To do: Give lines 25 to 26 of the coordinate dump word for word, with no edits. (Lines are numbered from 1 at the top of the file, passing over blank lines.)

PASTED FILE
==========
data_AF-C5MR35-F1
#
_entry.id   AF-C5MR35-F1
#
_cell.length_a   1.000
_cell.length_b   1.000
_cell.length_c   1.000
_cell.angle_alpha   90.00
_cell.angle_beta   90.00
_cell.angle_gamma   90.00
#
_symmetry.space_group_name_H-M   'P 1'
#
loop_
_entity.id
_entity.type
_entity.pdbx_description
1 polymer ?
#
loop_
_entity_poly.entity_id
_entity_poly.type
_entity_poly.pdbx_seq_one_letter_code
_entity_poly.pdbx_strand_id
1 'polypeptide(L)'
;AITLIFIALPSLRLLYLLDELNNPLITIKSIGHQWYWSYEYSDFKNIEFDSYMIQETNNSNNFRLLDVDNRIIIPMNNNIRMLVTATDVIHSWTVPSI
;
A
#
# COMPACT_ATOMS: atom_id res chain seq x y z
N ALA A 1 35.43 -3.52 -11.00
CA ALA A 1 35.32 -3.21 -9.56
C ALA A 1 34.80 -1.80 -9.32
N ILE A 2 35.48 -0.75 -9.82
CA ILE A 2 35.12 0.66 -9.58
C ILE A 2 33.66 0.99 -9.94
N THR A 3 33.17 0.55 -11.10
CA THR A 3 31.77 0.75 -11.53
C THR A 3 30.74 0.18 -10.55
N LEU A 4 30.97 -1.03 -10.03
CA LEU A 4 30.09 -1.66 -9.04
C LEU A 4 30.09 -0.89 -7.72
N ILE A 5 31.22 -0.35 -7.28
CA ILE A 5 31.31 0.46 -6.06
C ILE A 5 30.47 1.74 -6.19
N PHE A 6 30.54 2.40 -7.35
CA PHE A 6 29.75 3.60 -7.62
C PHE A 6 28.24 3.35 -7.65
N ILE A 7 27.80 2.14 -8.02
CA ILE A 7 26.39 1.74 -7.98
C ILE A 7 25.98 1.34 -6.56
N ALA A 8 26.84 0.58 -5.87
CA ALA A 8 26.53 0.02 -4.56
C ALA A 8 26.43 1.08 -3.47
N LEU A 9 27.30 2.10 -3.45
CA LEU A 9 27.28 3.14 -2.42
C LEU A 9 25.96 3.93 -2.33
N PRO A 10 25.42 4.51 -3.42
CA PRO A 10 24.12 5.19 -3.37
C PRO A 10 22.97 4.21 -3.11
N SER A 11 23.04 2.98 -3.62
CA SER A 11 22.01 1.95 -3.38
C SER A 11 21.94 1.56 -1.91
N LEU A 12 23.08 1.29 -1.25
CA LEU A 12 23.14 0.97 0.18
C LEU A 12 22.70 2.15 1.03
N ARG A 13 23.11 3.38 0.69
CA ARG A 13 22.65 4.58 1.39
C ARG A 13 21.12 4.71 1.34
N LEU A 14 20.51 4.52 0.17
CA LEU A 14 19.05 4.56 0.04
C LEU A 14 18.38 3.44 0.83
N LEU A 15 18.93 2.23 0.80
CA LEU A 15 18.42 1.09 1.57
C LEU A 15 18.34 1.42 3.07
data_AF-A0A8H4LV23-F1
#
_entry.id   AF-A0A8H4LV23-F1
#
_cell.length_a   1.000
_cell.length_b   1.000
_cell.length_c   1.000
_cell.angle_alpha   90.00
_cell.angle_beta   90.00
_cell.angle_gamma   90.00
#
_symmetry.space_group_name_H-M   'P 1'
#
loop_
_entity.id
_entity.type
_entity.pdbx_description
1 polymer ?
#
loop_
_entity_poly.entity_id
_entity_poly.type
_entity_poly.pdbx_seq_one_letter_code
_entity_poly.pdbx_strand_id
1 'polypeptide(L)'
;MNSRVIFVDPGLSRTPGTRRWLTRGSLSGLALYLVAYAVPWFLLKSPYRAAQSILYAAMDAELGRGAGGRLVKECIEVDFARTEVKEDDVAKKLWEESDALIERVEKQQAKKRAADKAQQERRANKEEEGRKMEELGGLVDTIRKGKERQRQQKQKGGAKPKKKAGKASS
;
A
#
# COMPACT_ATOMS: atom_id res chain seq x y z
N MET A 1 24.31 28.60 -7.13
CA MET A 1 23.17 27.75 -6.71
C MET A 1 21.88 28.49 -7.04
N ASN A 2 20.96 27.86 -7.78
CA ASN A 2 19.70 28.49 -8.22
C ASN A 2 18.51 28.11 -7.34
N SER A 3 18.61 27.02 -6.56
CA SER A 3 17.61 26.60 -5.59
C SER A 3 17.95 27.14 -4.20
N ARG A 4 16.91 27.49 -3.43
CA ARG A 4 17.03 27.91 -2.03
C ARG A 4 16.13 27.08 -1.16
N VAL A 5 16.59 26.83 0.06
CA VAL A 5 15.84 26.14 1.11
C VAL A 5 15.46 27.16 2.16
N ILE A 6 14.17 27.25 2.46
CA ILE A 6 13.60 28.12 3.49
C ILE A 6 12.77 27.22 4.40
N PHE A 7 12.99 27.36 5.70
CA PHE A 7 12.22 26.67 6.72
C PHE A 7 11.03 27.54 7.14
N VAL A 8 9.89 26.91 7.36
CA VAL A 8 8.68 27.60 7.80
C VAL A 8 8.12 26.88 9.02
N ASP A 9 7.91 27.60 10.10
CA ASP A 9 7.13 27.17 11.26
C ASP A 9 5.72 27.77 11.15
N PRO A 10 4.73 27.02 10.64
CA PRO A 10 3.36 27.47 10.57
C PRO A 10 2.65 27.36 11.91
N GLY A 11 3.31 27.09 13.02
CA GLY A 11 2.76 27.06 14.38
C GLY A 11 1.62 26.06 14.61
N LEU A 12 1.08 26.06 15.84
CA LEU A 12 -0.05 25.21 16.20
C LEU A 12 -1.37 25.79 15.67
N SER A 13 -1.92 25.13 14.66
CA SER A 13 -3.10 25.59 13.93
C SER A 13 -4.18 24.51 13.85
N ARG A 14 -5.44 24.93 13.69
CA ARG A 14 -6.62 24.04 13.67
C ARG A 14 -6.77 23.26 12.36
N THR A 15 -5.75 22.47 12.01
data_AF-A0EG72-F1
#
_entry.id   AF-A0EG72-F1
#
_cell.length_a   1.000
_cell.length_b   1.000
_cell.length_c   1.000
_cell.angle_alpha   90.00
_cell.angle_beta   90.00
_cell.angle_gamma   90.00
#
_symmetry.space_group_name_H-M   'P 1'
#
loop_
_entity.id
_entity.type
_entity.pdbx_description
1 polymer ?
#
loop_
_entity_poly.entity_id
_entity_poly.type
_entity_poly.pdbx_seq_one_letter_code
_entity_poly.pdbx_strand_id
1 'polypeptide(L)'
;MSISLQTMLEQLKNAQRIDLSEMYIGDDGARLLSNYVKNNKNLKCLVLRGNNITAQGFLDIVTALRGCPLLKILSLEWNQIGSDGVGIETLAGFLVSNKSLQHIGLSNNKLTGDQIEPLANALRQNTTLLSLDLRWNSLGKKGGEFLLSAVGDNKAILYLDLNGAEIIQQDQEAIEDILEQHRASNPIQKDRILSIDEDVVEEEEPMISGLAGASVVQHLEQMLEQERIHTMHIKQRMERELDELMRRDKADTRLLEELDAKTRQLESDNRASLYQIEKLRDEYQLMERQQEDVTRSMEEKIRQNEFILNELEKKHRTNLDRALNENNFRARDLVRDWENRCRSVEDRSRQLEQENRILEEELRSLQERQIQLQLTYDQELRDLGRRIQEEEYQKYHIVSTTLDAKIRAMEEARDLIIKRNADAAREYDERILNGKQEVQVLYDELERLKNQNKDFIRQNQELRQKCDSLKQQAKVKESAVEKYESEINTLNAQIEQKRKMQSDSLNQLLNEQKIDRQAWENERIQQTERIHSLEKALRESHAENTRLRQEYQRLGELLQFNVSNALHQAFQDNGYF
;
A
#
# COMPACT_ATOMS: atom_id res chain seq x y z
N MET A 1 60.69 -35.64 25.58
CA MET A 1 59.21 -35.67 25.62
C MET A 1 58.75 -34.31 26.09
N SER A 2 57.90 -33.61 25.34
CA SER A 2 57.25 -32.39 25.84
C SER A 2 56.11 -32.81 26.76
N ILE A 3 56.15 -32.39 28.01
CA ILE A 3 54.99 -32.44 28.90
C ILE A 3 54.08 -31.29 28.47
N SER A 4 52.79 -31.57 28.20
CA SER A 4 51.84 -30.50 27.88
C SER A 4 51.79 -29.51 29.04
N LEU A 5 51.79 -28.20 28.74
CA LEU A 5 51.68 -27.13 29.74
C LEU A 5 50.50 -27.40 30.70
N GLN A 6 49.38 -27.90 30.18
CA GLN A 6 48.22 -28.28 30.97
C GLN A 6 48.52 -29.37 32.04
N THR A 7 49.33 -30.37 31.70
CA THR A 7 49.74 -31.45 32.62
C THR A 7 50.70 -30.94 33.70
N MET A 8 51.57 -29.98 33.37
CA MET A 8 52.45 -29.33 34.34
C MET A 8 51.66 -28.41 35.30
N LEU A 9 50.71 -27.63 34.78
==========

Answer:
1 'polypeptide(L)'
;AITLIFIALPSLRLLYLLDELNNPLITIKSIGHQWYWSYEYSDFKNIEFDSYMIQETNNSNNFRLLDVDNRIIIPMNNNIRMLVTATDVIHSWTVPSI